By Guy Rainey / May 1st, 2014
|Release Date||April 16, 2014|
0RBITALIS is a puzzle game about playing with gravity in space. That may sound simple, but it’s been proven already that gravity is fun to play with. Should you take this voyage or wait for another option?
Primarily, what you will be doing in 0RBITALIS is setting speed and direction, and seeing how long your 0RBITALIS avoids crashing into the suns and debris that floats through the level. The goal is usually to survive for a preset amount of time. Later objectives include orbiting around a certain object and crashing into a certain object.
That’s simple enough in the early levels, but there’s added challenge in trying to score on the leaderboards. Unless someone cheated the system, there really is a way to set your 0RBITALIS so that it orbits for almost an hour without crashing (the best I got was under half a minute) on the first level. If beating leaderboard scores is your thing, there’s a lot of potential replay value here.
In a game about gravity, you’d expect the game to react realistically. And that’s one area where the game appears to fall flat. Maybe it’s just me, but I don’t think that a trajectory like the one in the screenshot above is realistic. Maybe it is; it could be I just don’t know what I’m talking about, but it doesn’t look correct. And, if this was the only time I’d ever seen it, I might let it slide, but this is a pretty common occurrence.
Also, the game doesn’t let you skip puzzles. To be fair, not every puzzle game allows you to skip, but I’ve been given the option enough times now that it feels out of place not to have it. Maybe this is just personal preference, but, when I get stuck on a puzzle, I like to move on, and come back to what I got stuck on later. It lets me solve a new puzzle, so as to let me come back with a clear mind. Maybe then, I don’t try the same tactic again and again.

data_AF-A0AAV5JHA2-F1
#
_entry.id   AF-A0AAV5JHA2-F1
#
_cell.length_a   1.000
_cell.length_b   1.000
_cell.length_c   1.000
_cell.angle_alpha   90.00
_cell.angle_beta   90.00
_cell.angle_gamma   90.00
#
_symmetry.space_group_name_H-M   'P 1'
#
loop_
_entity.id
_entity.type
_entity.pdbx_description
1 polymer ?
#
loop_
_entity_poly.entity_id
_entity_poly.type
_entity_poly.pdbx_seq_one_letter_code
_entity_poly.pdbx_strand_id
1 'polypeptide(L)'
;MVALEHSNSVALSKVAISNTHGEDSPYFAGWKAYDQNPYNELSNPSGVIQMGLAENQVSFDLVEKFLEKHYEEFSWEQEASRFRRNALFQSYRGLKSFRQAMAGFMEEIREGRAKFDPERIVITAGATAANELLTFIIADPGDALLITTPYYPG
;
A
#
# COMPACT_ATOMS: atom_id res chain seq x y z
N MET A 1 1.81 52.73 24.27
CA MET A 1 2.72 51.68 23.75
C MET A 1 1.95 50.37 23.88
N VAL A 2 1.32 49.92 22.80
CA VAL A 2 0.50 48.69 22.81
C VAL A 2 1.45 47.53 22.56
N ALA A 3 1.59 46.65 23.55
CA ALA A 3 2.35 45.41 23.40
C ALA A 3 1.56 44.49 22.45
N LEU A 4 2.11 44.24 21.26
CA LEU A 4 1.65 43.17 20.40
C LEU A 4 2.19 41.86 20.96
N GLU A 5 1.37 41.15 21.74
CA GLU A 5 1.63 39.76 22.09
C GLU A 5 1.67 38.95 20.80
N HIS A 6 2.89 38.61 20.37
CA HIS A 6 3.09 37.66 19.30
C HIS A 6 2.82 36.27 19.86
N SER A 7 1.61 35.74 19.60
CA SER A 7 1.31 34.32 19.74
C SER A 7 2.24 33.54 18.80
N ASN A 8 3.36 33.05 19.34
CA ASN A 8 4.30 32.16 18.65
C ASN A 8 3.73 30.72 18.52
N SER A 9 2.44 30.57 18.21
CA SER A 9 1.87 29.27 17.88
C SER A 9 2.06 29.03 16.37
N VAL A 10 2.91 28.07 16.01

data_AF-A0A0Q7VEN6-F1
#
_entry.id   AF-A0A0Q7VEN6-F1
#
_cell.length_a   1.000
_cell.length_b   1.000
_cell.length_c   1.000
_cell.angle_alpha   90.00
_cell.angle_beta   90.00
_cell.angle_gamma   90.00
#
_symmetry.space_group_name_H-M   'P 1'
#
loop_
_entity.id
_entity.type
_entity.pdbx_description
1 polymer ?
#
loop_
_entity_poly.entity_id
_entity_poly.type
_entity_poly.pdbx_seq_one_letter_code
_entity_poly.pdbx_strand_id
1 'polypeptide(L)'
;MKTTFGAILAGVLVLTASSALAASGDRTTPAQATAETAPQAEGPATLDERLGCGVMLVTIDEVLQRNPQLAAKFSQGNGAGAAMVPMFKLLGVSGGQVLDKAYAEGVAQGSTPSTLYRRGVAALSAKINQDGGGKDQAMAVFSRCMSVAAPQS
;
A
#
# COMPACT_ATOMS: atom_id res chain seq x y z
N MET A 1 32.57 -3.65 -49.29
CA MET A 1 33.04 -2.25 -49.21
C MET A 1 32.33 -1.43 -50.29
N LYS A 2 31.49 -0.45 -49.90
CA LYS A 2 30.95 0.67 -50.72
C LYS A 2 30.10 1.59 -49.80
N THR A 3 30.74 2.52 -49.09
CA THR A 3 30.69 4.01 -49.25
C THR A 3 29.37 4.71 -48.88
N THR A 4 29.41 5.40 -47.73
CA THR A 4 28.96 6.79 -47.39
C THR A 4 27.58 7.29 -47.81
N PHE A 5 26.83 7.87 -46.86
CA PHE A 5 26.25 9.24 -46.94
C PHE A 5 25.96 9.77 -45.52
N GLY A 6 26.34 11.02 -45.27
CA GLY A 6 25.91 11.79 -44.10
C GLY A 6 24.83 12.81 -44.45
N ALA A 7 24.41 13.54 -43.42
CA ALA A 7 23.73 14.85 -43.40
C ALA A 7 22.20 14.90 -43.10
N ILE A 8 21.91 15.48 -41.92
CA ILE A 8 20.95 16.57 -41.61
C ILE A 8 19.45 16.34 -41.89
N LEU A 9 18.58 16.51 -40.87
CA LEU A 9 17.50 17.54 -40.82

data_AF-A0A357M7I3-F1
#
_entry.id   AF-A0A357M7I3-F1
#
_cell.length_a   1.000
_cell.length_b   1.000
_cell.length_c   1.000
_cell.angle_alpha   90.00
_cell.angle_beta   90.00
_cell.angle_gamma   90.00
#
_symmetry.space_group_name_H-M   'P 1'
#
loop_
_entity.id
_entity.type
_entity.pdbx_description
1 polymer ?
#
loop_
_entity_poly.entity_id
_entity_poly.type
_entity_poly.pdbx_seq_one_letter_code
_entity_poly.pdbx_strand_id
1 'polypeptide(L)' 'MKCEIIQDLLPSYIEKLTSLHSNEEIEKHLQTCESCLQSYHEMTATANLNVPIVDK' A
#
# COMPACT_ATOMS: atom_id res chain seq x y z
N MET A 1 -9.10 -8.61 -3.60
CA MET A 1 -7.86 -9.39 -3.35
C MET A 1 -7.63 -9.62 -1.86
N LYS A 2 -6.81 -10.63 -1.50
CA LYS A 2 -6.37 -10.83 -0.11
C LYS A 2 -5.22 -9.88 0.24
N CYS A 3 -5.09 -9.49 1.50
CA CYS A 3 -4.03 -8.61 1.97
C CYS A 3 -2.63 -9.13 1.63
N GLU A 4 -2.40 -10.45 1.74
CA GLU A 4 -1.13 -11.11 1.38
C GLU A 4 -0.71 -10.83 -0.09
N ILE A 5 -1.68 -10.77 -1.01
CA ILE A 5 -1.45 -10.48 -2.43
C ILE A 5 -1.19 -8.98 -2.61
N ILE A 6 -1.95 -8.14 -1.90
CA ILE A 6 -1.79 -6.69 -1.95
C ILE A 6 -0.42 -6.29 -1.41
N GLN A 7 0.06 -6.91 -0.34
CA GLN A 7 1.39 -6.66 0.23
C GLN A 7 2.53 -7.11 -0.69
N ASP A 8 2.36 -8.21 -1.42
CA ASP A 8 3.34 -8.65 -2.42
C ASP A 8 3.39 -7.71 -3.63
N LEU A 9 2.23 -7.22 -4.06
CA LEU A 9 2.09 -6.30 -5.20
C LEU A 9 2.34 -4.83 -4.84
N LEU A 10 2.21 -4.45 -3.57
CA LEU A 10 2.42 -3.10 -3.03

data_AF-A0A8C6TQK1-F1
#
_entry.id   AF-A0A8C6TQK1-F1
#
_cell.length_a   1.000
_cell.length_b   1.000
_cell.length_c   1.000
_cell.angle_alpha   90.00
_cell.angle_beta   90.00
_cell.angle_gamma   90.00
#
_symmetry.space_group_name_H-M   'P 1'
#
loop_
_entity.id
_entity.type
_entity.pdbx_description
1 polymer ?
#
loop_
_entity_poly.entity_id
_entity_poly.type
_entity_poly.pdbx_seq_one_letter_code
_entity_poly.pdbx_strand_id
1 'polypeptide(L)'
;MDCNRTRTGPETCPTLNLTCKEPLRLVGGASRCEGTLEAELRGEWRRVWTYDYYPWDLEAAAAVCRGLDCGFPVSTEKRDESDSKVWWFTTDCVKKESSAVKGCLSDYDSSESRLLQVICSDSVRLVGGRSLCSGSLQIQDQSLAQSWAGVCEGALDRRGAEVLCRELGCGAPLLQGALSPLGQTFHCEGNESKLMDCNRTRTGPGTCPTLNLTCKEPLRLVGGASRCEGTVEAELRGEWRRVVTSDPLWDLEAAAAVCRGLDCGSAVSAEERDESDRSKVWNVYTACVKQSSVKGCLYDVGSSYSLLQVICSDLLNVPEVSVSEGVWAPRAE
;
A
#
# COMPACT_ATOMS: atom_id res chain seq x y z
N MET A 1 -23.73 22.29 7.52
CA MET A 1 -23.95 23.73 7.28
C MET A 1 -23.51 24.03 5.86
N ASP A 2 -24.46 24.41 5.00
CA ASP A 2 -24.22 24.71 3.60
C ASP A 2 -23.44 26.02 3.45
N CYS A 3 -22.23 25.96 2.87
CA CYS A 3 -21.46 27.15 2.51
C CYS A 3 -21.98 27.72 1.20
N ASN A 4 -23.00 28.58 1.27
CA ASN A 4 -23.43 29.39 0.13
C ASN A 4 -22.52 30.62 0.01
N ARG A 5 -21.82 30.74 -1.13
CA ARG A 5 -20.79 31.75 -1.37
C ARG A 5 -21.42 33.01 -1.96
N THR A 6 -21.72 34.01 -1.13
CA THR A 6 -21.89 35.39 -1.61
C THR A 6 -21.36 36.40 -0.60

Presentation is very minimalist, as you can see. All the objects that are supposed to represent stars, planets, moons and random space junk are just geometric shapes of varying colors. That’s not necessarily a problem; it’s just a little bland. Though the game ran fine on my laptop, I sometimes thought I was having issues with the user interface. The UI seemed slow and unresponsive at times. It wasn’t a huge issue, but I did notice it more than once, so take from that what you will. The music is… pretty much non-existent. I can’t remember a single theme from the game, good or bad.
The key thing that 0RBITALIS lacks is variety. The game consists entirely of setting your direction and velocity, and watching it go. Don’t get me wrong; that’s fun early on, since there’s always a new challenge in each level. But after you’ve completed a few levels, you’ll start to get bored with it. There are some attempts to change it a little bit, like adding objects that repel your 0RBITALIS, rather than attracting them, or having you control multiple 0RBITALISES at once, but the lack of variety really shows as you go on. The game becomes a chore in the final levels.
Not long ago, I reviewed Luna’s Wandering Stars, another game about playing with gravity. While I recommend that game highly, this one isn’t as good. I spent about two hours with it max, and it simply doesn’t have as much variety as Luna’s Wandering Stars. There are some very challenging levels that unlock after you complete the main mode, but, other than that, there’s not a lot of content here. If you already have Luna’s Wandering Stars, and want more of that style of gameplay, then it’s probably worth the asking price of $3.99. For those interested in trying out a gravity puzzler, it might be worth trying as a demo for more interesting projects.
Review copy provided by publisher
0RBITALIS is available on Amazon: